Jordan Tax Cut Amendment Rejected by Democrats
In a party-line vote, House Democrats rejected a budget amendment offered last night by Congressman Jim Jordan (R-Urbana) that would have extended the current, lower federal income tax rates until at least 2012.
Jordan's proposal was designed to counter House Democrats' efforts to enact a $182.2 billion income tax hike.
"Tax cuts are helping our economy, and they'll continue to have a positive impact if they're allowed to work," said Jordan. "Now more than ever, raising taxes is the wrong medicine for the families and taxpayers of our state and nation."
In addition to raising income tax rates, the Democrat proposal would reinstate the "marriage penalty," reincarnate the death tax, cut the child tax credit in half, and increase taxes on savings, Jordan noted.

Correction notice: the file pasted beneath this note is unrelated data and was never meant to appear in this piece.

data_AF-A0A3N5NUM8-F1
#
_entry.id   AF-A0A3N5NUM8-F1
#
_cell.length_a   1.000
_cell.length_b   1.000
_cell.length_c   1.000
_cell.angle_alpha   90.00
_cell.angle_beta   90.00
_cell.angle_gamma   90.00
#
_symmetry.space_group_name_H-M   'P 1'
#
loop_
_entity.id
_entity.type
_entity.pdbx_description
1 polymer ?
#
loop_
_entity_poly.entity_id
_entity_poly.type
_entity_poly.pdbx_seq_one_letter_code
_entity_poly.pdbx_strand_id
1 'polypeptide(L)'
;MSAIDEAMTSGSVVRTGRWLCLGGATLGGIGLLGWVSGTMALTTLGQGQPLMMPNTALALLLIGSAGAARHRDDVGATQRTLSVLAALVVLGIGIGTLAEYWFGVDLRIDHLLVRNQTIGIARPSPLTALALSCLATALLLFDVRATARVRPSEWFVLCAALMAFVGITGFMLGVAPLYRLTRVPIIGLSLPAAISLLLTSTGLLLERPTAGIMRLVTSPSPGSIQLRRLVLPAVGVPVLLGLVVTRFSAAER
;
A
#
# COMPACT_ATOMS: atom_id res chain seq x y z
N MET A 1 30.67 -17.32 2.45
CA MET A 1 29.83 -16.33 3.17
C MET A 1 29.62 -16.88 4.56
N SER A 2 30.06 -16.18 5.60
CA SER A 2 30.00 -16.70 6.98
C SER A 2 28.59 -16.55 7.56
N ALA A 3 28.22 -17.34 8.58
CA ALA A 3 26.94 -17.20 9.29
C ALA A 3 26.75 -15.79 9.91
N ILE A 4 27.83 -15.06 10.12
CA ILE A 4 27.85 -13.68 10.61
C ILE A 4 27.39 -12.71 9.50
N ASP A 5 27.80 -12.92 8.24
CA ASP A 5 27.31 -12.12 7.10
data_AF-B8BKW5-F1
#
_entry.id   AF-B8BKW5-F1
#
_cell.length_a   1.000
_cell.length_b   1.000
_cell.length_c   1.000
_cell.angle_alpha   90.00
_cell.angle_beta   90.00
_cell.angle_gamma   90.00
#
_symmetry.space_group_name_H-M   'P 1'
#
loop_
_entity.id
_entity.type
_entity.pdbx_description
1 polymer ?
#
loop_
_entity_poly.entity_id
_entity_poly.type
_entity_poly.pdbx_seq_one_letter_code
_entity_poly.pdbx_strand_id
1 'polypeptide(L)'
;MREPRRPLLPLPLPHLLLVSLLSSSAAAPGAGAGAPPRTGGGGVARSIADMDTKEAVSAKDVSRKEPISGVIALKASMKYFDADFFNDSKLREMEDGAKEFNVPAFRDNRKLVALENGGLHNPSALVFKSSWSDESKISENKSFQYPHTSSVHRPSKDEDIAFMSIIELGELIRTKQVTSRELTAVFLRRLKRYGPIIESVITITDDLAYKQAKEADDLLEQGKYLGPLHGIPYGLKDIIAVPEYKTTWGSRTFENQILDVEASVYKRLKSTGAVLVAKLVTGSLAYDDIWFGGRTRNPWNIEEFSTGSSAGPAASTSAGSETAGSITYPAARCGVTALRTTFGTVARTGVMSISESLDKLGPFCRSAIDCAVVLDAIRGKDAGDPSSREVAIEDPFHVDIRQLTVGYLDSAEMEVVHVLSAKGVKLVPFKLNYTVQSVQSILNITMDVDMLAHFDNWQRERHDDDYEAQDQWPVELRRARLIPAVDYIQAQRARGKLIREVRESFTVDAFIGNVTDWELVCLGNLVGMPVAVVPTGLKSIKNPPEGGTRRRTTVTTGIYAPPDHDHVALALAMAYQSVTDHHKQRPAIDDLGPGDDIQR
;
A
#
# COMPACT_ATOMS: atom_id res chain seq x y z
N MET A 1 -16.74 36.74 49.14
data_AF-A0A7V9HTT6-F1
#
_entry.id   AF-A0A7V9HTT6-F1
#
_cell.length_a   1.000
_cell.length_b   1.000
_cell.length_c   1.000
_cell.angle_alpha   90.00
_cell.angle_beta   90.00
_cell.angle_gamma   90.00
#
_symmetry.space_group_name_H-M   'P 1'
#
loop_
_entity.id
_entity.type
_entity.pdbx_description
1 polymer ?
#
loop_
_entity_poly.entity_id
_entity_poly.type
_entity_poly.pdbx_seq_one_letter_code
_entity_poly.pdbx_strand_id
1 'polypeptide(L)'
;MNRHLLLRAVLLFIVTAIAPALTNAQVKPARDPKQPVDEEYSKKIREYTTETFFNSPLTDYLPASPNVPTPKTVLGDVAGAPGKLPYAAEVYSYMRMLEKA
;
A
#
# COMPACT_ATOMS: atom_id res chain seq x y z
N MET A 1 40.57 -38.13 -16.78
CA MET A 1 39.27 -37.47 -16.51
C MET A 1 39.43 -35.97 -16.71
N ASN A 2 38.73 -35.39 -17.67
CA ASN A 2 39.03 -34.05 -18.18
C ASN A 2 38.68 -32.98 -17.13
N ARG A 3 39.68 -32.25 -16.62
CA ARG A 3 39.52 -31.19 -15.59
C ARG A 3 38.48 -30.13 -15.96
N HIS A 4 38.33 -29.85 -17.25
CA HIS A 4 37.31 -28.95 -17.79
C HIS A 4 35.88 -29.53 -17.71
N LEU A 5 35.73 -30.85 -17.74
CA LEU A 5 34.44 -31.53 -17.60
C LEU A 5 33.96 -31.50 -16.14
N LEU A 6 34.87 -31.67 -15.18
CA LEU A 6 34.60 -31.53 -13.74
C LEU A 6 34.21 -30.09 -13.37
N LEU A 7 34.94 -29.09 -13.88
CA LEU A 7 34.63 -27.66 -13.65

"Just three months into their majority, House Democrats are using their very first budget opportunity to pass what amounts to the largest tax increase in American history," said Jordan.
Jordan said that the tax hikes being considered total $392.5 billion over five years, affecting more than 4.4 million Ohioans to the tune of $2,716 per family.
He said the tax bill for a married couple with $40,000 in income would increase by 156 percent in 2011 from $583 to $1,489. A family of four making $60,000 per year would see a 61-percent tax hike in 2011 from $3,030 to $4,893.